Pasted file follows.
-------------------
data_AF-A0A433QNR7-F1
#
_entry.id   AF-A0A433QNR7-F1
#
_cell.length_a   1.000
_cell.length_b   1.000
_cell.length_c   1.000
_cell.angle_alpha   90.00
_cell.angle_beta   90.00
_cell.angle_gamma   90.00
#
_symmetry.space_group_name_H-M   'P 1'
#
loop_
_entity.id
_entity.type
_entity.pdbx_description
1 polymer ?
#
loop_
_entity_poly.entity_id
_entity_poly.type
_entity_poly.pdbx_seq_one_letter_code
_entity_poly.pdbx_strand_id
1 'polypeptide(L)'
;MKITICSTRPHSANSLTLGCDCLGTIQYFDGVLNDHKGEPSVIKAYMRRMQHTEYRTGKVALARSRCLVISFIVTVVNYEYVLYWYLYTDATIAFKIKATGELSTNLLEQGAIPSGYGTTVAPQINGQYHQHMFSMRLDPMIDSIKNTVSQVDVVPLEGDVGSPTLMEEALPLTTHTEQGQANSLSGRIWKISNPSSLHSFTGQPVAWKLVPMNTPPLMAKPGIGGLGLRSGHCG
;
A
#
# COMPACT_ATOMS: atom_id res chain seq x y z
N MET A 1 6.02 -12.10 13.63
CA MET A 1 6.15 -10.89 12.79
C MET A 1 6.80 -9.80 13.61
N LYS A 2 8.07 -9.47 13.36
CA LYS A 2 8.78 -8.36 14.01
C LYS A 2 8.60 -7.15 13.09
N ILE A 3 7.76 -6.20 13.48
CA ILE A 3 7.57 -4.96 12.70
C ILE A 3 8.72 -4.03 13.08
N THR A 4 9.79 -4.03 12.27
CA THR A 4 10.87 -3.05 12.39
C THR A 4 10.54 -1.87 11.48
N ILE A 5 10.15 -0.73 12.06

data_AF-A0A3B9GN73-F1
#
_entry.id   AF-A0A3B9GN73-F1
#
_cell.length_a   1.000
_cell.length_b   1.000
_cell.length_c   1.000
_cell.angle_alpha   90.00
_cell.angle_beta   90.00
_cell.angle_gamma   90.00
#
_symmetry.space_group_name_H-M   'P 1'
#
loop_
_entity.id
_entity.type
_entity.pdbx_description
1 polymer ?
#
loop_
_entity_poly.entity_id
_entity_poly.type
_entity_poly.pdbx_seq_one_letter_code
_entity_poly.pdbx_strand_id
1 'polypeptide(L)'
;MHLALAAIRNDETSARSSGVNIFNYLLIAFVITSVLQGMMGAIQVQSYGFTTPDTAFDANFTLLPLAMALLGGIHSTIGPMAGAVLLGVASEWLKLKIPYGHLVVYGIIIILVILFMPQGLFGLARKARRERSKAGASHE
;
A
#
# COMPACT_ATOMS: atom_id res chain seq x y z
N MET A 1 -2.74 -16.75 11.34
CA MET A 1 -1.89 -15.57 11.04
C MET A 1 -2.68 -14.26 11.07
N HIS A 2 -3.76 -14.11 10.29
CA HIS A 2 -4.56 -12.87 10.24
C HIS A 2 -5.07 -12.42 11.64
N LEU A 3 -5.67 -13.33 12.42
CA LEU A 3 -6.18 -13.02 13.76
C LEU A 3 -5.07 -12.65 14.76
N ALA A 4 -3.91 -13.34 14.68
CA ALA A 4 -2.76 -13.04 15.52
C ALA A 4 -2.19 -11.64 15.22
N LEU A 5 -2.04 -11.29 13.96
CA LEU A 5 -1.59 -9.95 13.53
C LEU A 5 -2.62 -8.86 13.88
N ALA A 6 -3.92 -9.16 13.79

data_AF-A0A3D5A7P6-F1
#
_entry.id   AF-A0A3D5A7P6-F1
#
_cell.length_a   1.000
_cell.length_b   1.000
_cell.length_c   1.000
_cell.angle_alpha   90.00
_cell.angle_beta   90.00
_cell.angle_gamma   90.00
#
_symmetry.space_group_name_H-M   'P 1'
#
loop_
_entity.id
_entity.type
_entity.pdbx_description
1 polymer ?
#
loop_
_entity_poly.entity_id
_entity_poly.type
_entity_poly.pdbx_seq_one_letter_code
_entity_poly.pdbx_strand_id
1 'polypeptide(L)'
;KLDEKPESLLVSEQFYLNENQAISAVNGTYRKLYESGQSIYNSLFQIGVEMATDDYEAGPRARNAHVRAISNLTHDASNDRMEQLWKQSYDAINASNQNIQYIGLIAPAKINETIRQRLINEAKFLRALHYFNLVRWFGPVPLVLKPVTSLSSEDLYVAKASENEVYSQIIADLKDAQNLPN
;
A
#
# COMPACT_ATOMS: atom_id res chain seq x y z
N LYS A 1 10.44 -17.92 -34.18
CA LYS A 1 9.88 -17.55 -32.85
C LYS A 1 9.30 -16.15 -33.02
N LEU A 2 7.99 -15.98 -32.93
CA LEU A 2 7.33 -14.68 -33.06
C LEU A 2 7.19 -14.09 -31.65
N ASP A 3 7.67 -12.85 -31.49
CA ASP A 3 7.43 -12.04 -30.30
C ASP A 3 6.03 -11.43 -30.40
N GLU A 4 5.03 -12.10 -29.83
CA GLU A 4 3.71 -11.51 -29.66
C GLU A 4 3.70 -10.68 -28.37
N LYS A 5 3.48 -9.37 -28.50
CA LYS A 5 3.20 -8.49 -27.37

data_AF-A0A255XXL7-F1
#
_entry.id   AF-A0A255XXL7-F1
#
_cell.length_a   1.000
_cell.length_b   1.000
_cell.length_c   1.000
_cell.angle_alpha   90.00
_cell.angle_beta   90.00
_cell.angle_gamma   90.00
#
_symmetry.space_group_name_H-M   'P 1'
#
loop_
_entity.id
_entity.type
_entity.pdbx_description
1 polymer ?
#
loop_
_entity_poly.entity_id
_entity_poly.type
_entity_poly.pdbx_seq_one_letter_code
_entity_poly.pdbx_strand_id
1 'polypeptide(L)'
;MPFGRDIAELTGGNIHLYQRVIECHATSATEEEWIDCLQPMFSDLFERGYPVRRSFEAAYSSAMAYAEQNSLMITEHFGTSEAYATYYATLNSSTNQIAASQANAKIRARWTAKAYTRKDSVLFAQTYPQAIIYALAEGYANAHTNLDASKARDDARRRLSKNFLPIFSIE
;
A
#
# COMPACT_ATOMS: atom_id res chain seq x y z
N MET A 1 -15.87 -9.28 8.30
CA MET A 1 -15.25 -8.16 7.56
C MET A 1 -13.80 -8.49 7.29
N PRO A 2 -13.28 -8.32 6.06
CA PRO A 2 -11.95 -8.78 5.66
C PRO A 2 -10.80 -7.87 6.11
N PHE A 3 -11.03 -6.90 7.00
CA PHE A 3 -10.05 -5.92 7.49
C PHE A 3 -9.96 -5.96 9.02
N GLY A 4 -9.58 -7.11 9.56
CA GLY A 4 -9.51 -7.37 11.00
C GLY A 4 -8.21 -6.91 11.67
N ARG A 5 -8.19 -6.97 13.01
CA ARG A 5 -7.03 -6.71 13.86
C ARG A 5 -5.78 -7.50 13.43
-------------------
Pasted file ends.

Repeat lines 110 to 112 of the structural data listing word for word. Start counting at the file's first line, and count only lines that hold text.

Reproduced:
_entity_poly.entity_id
_entity_poly.type
_entity_poly.pdbx_seq_one_letter_code